John Goodman loses last pending appeal in DUI manslaughter case


More than three years after Wellington polo mogul John Goodman was convicted for a second time of DUI manslaughter in the 2010 crash that killed 23-year-old Scott Wilson, the Florida Supreme Court late Friday rejected his final pending appeal.

In a one-sentence order, the state’s high court said it wasn’t going to consider Goodman’s claims that the West Palm Beach-based 4th District Court of Appeal erred in October when it upheld his conviction and 16-year prison sentence.

“It is ordered that the petition for review is denied,” wrote the court that has wide latitude to decide which cases it will consider.

The high court’s decision came weeks after it rejected Goodman’s claims that his conviction should be thrown out because of the way his blood was drawn after the alcohol-fueled crash in Wellington that claimed the engineering graduate’s life.

The founder of the International Polo Club claimed the use of a small-diameter needle to draw his blood and lax procedures at a lab falsely elevated his blood-alcohol level to 0.177 percent — more than twice the level at which Florida drivers are by law considered impaired. Justices ruled that the procedures established by the Florida Department of Law Enforcement are sufficient to protect against false readings.

With his direct appeals exhausted, like other inmates, Goodman could seek a new trial by claiming his top-flight legal team was incompetent. Or, in what attorneys describe as a move that is rarely successful, he could ask the U.S. Supreme Court to review the Florida Supreme Court’s refusal to consider his latest appeal.

“I’m not saying his hopes are completely squashed, but his chances are extremely unlikely,” said one attorney, who asked not to be identified.

The 54-year-old heir to a Texas heating and air conditioning fortune has repeatedly shown that he doesn’t go down without a drawn-out fight. The case snared international headlines when he adopted his then-girlfriend to protect his millions from Wilson’s parents, who filed a wrongful death lawsuit against him.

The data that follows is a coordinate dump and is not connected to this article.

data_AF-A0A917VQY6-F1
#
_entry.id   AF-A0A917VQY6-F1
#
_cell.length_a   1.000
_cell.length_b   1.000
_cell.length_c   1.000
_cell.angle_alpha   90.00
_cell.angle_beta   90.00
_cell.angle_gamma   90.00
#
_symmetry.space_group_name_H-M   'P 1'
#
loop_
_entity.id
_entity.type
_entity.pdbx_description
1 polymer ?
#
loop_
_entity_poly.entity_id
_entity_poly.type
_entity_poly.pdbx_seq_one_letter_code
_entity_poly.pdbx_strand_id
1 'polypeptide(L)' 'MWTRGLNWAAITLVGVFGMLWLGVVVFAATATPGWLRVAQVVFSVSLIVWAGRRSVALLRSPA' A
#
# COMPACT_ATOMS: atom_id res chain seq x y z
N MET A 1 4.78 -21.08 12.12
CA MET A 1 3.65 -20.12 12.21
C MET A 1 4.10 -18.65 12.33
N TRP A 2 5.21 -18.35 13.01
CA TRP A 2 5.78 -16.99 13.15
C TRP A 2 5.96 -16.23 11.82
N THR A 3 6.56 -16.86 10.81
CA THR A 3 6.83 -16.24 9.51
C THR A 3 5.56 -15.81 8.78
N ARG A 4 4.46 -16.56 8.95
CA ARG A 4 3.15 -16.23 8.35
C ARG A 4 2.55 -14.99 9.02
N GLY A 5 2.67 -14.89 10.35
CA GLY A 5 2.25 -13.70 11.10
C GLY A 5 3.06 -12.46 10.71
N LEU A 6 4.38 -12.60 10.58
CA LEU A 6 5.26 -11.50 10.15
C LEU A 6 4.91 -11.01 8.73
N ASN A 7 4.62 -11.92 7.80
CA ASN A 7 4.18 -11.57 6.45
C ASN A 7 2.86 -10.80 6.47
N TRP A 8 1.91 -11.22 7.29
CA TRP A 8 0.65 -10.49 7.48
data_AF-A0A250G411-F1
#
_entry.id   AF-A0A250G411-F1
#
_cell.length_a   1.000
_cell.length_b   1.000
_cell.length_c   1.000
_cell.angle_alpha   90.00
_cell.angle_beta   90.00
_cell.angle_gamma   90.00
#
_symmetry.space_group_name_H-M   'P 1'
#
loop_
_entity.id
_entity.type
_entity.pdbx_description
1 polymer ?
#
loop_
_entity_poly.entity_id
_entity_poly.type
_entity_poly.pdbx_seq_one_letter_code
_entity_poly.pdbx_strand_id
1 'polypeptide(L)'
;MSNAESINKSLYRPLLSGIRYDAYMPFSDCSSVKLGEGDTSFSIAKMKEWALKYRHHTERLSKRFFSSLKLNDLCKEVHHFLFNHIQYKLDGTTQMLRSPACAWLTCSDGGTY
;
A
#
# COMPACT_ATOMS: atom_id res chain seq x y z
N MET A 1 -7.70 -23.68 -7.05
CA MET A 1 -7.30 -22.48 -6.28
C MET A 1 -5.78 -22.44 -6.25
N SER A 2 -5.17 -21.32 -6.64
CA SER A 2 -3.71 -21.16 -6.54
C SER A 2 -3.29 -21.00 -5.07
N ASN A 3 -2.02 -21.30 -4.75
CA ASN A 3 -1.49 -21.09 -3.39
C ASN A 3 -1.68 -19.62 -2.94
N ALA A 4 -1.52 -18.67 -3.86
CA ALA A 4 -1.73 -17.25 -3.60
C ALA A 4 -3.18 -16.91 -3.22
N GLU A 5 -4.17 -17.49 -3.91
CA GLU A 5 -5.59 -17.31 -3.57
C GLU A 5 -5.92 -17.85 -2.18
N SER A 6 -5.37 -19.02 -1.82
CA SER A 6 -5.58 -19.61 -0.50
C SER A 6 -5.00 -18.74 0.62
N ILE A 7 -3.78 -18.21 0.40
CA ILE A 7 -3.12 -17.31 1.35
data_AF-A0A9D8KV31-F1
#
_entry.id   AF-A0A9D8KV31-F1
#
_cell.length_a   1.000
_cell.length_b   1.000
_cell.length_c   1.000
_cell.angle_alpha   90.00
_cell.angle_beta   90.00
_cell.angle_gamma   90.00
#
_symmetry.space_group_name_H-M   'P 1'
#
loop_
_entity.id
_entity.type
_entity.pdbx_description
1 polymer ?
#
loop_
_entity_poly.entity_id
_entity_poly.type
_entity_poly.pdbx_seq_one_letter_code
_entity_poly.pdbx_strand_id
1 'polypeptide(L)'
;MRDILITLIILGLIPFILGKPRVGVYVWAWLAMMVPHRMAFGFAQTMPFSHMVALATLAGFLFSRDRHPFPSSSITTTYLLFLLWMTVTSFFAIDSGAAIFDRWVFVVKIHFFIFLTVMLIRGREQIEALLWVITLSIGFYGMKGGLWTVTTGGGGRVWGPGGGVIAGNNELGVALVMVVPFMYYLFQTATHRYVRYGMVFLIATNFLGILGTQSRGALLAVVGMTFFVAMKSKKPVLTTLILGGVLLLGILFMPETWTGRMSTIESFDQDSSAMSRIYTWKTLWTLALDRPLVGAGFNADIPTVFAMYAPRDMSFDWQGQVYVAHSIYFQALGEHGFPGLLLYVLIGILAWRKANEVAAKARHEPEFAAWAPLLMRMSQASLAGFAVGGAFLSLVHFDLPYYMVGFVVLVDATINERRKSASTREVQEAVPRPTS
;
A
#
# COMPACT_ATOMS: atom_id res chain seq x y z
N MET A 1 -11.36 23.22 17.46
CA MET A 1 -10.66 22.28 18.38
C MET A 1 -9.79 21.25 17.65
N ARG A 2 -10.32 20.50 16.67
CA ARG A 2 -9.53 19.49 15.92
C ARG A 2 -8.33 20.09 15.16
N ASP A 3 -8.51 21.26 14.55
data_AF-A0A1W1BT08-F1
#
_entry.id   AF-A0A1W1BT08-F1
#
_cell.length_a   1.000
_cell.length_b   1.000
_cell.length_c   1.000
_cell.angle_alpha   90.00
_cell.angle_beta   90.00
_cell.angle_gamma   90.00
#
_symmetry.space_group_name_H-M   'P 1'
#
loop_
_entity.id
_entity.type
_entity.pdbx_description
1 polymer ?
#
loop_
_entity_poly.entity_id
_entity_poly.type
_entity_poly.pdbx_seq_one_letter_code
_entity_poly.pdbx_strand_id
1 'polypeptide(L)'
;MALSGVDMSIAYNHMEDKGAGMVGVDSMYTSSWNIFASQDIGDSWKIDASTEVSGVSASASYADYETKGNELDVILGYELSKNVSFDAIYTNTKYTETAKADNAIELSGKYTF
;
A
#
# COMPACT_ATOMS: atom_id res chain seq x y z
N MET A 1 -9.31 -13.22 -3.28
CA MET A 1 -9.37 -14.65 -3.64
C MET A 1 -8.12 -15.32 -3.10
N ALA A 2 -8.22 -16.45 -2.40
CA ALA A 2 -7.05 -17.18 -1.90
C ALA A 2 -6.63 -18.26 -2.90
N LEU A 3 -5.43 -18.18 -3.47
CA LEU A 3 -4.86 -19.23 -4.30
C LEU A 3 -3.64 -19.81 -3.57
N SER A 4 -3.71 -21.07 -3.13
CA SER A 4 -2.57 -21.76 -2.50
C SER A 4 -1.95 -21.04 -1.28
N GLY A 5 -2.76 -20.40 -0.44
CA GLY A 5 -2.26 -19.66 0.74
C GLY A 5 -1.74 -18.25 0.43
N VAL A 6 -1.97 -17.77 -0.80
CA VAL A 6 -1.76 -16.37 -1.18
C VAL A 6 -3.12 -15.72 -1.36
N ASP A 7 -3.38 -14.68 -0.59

The adoption was later thrown out, and Goodman ultimately agreed to pay William and Lili Wilson $46 million to settle the lawsuit.

One of the main claims in his latest appeal was that his defense was hampered during his 2014 trial because, prior to the second trial, state prosecutors destroyed the Bentley he was driving in the fatal crash. At both trials he claimed the $250,000 car spontaneously accelerated, leaving him powerless to stop it from slamming into Scott Wilson’s car, shoving it into a canal where the young man drowned.

The destruction of the Bentley between his first and second trial meant his automotive experts couldn’t examine it and jurors couldn’t see it, he claimed. In rejecting his assertions, the appeals court noted that Goodman was convicted of the same charge in 2012 when the Bentley was available. It also rejected his claims that his sentence was too severe because the jury convicted him of failing to render aid to Wilson.

Goodman’s first conviction was overturned due to jury misconduct. In a self-published book, one of the jurors described conducting his own drinking experiment to determine if Goodman had been intoxicated on the night of the crash. The second trial produced the same verdict and prison sentence.

Goodman is being held in the Wakulla Correctional Institution south of Tallahassee. His expected release date is June 7, 2029, according to the Florida Department of Corrections.



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